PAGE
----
- Provide plenty of fluids. Infants may not feel like drinking, so offer them fluids in small amounts often.
- Treat a fever with acetaminophen or ibuprofen.
Be sure to contact your child’s primary care provider before giving your child nonprescription cold medicines or caring for RSV at home.
When Do I Seek Professional Care for RSV?
Most cases of RSV are mild and don’t require medical treatment. This, unfortunately, isn’t the case for every RSV diagnosis, especially with babies and young infants. If your child is experiencing breathing problems, not drinking enough fluids, or experiencing worsening symptoms, it’s important to seek medical attention immediately.
The care needed for RSV is unique to each case. If you’re unsure if your child needs to seek professional care, it’s best to reach out to a physician for guidance.
RSV can be serious for infants who catch it, so it’s critical to recognize the signs of RSV. Be sure to wash your hands frequently and disinfect surfaces often this season to help prevent the spread.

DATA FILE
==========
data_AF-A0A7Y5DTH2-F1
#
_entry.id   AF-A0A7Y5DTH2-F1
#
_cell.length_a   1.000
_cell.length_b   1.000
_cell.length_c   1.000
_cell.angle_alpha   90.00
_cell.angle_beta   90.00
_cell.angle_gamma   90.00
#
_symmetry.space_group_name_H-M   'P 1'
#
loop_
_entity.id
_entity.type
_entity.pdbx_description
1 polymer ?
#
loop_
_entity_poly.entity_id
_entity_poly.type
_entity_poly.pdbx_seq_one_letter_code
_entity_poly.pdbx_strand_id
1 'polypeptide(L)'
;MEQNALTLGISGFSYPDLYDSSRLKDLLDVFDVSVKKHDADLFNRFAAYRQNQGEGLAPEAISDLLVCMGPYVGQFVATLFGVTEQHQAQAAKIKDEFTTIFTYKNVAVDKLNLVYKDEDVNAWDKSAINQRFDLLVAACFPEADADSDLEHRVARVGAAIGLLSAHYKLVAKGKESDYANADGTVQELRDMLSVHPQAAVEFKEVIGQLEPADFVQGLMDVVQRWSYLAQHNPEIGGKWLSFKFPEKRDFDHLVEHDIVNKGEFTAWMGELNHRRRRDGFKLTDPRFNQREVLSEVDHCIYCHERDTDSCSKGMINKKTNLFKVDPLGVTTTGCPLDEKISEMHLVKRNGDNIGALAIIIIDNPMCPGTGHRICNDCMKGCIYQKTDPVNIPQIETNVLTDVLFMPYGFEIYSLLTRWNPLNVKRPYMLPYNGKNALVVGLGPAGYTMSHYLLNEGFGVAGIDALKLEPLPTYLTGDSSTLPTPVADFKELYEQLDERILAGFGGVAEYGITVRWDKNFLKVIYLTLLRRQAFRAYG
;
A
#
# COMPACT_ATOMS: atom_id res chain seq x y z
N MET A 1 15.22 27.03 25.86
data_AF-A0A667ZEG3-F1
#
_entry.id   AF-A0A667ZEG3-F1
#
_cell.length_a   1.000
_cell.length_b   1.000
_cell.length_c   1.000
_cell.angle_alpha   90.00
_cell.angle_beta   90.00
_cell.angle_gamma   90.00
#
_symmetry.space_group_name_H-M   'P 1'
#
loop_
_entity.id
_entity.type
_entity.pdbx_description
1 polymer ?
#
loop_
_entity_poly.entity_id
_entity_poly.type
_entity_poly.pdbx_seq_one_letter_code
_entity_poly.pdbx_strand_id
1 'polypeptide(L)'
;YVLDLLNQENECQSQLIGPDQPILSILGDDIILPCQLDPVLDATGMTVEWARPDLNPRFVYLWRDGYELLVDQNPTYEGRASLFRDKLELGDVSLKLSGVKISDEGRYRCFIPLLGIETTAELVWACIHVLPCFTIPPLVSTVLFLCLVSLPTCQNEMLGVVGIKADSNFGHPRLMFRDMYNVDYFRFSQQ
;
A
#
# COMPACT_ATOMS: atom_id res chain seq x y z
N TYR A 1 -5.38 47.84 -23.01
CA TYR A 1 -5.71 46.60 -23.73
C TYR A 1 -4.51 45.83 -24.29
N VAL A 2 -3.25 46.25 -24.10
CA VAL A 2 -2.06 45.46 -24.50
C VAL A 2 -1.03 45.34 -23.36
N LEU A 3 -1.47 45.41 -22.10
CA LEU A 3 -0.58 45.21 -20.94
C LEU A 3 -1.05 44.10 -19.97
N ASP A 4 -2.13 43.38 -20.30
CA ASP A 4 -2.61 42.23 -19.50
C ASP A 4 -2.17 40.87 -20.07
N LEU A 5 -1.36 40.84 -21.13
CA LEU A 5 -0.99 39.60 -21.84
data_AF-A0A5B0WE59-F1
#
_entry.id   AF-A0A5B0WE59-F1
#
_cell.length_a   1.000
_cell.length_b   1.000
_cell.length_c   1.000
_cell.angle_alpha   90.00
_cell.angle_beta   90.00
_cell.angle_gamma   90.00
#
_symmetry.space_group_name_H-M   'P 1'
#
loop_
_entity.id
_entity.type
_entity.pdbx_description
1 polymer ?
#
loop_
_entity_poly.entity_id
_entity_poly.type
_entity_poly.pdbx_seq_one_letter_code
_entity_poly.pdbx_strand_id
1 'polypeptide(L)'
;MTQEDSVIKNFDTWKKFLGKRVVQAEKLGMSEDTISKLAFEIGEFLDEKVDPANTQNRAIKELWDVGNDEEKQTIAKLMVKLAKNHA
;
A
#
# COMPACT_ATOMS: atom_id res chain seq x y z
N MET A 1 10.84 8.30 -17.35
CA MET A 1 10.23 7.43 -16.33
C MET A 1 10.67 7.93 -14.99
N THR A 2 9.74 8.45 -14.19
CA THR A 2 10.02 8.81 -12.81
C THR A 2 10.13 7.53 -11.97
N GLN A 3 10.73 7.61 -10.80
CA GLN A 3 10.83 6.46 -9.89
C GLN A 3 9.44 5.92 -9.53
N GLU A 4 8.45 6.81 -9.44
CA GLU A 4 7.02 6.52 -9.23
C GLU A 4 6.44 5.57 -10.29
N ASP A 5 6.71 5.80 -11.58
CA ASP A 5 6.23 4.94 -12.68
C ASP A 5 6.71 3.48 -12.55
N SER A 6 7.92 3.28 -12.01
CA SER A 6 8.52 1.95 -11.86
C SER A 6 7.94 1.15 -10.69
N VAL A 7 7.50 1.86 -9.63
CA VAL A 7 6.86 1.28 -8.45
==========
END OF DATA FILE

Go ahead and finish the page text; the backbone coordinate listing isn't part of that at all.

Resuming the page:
For more information on RSV and if your child is high-risk, reach out to your primary physician.
By Natasha Kwachka, Employee Benefits Service Manager
In today’s world almost any need can be met with relatively instant gratification. Want to binge watch a show? Netflix. Need a Nicholas Cage sequin pillow? Amazon. Want to know how truffles are found? Google. But with so much information and so many choices, have you ever thought that you might be overindulging… in almost everything?
Sometimes I wonder if this path actually leads us to towards a successful, well rounded, and well lived life. Mentally, physically, or even emotionally, could this world of immediate gratification be damaging?